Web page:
I do not go through your potential home with a punchlist designed and marketed to the mass home inspection industry. It’s a little known fact that most home inspection reports are not written by your home inspector. Virtually everyone in this business uses off-the-shelf report writing software.
My friend Walter Jowers, a home inspector and newspaper columnist in Nashville, TN, suggested in a recent column that before you hire a home inspector, ask him directly: “Do you write the report yourself, or do you fill in the blanks using a software program?”
Walter goes on to explain: “You want a home inspector who understands what he sees and can create a clear written record of what he saw. Today many, if not most, home inspectors use generic point-and-click “comment libraries”” to fill in the blanks in their reports. If your home inspector uses off-the-shelf reporting software, words that end up in your report will have come from somebody who never saw the house you’re about to buy. If your inspector makes one wrong click, your report could suggest that you install snow dogs on your roof, even if you live in Key West.”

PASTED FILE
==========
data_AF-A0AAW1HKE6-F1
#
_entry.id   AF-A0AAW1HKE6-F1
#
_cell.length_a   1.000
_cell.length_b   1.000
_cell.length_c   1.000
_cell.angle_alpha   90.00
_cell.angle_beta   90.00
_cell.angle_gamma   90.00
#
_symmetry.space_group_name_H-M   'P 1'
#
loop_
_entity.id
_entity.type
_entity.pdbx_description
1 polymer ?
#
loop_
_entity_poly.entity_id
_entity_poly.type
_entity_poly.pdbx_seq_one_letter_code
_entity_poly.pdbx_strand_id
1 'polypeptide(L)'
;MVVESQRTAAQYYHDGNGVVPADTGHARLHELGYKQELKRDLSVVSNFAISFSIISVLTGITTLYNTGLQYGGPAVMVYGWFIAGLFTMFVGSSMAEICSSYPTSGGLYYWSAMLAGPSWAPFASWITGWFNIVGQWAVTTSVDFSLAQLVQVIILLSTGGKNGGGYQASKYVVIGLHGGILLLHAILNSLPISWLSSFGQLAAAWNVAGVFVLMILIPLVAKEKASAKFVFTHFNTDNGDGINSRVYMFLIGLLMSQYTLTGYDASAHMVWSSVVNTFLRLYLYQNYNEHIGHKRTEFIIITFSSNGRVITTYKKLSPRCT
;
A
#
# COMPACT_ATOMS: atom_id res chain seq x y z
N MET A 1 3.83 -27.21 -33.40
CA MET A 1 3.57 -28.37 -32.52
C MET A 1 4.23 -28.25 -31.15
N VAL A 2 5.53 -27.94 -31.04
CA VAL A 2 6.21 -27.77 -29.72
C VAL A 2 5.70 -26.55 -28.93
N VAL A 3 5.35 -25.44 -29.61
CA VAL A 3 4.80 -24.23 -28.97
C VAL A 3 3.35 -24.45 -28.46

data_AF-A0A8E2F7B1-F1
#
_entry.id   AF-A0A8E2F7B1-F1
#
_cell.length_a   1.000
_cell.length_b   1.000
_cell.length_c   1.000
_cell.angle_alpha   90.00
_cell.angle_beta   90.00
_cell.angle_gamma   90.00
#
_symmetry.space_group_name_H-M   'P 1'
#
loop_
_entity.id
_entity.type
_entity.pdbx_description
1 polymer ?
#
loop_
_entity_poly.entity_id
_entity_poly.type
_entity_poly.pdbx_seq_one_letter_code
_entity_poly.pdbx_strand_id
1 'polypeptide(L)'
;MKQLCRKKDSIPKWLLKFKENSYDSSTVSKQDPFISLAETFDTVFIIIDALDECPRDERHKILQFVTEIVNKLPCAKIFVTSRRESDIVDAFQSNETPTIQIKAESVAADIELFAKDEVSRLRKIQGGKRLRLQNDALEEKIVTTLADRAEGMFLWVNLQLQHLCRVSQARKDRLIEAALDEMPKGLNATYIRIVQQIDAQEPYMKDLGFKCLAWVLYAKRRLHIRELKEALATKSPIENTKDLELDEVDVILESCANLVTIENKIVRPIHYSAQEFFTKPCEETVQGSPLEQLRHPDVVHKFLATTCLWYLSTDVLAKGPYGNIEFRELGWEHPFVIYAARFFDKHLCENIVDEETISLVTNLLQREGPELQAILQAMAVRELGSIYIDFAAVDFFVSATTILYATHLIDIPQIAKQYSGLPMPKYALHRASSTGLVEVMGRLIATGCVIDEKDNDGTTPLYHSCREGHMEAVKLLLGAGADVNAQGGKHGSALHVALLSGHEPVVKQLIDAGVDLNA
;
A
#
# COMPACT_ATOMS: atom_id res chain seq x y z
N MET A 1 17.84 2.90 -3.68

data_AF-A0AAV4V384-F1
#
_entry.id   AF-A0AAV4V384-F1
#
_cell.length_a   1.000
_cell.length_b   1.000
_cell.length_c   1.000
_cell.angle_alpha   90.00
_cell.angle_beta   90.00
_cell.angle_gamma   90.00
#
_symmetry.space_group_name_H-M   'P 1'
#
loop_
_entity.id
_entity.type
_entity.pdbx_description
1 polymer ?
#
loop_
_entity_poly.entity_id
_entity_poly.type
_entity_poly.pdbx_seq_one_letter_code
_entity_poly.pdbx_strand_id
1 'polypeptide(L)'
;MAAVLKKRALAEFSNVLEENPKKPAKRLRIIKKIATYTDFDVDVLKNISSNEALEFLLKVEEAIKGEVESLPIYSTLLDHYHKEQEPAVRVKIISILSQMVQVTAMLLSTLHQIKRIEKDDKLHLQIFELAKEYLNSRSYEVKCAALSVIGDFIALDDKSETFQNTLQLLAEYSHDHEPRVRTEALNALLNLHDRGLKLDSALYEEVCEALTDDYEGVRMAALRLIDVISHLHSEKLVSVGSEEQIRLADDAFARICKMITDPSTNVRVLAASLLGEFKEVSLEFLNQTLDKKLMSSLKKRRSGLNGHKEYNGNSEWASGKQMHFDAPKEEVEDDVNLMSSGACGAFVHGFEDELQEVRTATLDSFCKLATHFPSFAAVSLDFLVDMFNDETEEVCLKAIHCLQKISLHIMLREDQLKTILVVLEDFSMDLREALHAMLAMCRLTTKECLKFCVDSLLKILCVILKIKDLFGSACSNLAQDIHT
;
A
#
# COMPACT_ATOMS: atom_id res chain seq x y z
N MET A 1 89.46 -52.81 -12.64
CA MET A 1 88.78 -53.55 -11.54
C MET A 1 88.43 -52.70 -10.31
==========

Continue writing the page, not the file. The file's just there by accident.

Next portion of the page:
I designed my report system around the materials and conditions we find in our City. The report is written with complete sentences, not checkboxes. I explain what I see, I use lots of photos to illustrate the concerns, and most importantly, I describe what it means to you in language that is impossible to misunderstand.
The report is organized so the most critical concerns are presented first. The items are numbered, so when you are discussing the report with your attorney or other party, you can refer to the item and everyone will know what you are talking about. I use a lot of digital photographs so you can understand specifically what I’m talking about. I use arrows and circles to point out items in case you are not familiar with terminology.
The condominium and home owners association reports are organized into a narrative and a Photolog Summary. Association members can read through the Photo Summary and understand much better the items that need to be addressed, even if they do not understand building terminology and components.
Given the critically short time frames that are provided to make an informed decision about your house, it is imperative that the information be accurate, concise, and organized so you can review it efficiently. That’s how my home inspection reports are written.